The hotel industry as a whole has reversed its fortunes after the dismal year that was 2009. We’ve mentioned this a few times already. It’s not going to be easy, but soon we hope to hear that our friends in the industry in all locations get back and righted before it’s too late.
We say “in all locations” because an unfortunate trend is slowing the overall recovery. Small towns have not been as fortuitous in the returning guest rates that cities such as New York or Chicago have seen.
This Bloomberg story illustrates that even though the industry has seen improvements, much of that can be attributed to hotels in large markets. New York City for instance has 514 hotels, which only makes up just a shade below two percent of the US room. Yet those same hotels comprise six percent of the revenue share. On the opposite side of that coin, of the $3.8 billion lenders have in foreclosed hotels, 86 percent of those are in secondary markets.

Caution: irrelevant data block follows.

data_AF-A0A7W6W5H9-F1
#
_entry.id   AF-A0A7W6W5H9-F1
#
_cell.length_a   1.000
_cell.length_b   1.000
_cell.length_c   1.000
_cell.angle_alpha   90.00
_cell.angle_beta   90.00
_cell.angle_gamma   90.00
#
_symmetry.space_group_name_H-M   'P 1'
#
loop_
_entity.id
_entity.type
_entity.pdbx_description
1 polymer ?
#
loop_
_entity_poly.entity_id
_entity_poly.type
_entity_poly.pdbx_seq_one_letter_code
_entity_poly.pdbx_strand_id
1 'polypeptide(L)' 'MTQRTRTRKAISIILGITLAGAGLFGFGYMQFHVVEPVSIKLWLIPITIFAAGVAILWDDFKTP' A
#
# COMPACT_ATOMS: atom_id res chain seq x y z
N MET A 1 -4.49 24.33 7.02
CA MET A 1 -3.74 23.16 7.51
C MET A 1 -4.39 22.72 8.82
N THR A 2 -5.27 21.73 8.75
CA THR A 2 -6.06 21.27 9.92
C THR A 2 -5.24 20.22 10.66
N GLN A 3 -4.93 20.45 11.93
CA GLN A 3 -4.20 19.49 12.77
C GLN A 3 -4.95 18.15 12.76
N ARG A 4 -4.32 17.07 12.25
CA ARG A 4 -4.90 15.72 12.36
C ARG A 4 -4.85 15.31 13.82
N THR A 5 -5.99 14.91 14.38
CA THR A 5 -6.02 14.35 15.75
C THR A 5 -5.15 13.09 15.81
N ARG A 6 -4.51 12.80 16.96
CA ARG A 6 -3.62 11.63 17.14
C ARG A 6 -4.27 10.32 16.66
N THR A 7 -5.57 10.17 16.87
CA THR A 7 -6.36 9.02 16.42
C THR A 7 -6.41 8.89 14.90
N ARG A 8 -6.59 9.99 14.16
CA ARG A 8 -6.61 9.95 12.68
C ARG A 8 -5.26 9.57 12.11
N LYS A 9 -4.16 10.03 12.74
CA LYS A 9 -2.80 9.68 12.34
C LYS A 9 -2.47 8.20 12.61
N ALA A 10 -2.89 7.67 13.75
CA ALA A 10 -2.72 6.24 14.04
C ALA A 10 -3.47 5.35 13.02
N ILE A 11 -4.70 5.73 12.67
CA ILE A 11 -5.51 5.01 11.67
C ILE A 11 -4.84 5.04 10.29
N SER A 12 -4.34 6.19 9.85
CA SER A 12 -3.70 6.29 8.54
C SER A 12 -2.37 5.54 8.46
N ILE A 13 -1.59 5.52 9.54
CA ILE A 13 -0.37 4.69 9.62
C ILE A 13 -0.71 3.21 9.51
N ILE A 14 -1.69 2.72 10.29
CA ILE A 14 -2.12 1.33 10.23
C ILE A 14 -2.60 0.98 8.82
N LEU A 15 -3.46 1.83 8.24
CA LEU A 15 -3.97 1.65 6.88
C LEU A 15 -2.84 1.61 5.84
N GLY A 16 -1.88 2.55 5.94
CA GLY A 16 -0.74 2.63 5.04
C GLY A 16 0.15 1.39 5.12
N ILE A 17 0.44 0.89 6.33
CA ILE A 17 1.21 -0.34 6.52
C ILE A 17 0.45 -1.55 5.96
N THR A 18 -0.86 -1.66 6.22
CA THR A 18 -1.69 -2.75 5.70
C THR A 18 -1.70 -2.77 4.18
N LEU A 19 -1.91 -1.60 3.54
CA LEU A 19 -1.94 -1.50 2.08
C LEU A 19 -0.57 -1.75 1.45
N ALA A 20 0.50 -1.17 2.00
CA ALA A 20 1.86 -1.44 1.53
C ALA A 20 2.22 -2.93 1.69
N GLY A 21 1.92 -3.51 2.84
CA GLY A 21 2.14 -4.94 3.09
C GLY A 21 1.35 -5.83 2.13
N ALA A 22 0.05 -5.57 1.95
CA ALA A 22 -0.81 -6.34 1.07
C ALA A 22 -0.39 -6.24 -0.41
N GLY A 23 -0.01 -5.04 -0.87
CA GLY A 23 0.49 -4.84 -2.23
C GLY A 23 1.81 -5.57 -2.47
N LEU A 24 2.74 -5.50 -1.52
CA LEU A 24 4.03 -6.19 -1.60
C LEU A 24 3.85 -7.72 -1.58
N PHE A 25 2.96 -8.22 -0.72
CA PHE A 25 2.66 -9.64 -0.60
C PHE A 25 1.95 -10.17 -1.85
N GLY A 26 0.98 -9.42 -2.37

With big city hotels skewing the numbers on the rebound from the recession so greatly, it can be easy to overlook the fact that not everyone is experiencing the same return to form. Secondary markets must continue to innovate and adapt since they are so much more vital to their respective areas.